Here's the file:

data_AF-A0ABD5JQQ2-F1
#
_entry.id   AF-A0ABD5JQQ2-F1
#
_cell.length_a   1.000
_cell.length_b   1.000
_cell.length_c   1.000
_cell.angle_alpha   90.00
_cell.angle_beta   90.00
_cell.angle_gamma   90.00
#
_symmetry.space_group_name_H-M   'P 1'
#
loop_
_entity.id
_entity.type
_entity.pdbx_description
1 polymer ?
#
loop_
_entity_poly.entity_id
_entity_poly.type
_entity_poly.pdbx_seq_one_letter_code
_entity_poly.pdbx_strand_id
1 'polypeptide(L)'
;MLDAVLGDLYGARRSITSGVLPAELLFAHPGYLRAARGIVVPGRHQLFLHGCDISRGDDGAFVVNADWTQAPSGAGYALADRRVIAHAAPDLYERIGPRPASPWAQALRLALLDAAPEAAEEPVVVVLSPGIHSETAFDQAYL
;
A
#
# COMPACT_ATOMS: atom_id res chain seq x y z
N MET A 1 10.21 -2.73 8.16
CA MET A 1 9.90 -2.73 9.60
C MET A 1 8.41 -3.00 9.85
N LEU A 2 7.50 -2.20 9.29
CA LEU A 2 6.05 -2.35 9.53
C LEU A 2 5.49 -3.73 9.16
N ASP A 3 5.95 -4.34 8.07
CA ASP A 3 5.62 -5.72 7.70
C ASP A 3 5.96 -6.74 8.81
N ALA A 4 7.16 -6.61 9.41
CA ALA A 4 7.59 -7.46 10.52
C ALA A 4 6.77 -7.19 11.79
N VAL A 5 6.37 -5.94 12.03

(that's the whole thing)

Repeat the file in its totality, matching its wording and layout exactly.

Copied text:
data_AF-A0ABD5JQQ2-F1
#
_entry.id   AF-A0ABD5JQQ2-F1
#
_cell.length_a   1.000
_cell.length_b   1.000
_cell.length_c   1.000
_cell.angle_alpha   90.00
_cell.angle_beta   90.00
_cell.angle_gamma   90.00
#
_symmetry.space_group_name_H-M   'P 1'
#
loop_
_entity.id
_entity.type
_entity.pdbx_description
1 polymer ?
#
loop_
_entity_poly.entity_id
_entity_poly.type
_entity_poly.pdbx_seq_one_letter_code
_entity_poly.pdbx_strand_id
1 'polypeptide(L)'
;MLDAVLGDLYGARRSITSGVLPAELLFAHPGYLRAARGIVVPGRHQLFLHGCDISRGDDGAFVVNADWTQAPSGAGYALADRRVIAHAAPDLYERIGPRPASPWAQALRLALLDAAPEAAEEPVVVVLSPGIHSETAFDQAYL
;
A
#
# COMPACT_ATOMS: atom_id res chain seq x y z
N MET A 1 10.21 -2.73 8.16
CA MET A 1 9.90 -2.73 9.60
C MET A 1 8.41 -3.00 9.85
N LEU A 2 7.50 -2.20 9.29
CA LEU A 2 6.05 -2.35 9.53
C LEU A 2 5.49 -3.73 9.16
N ASP A 3 5.95 -4.34 8.07
CA ASP A 3 5.62 -5.72 7.70
C ASP A 3 5.96 -6.74 8.81
N ALA A 4 7.16 -6.61 9.41
CA ALA A 4 7.59 -7.46 10.52
C ALA A 4 6.77 -7.19 11.79
N VAL A 5 6.37 -5.94 12.03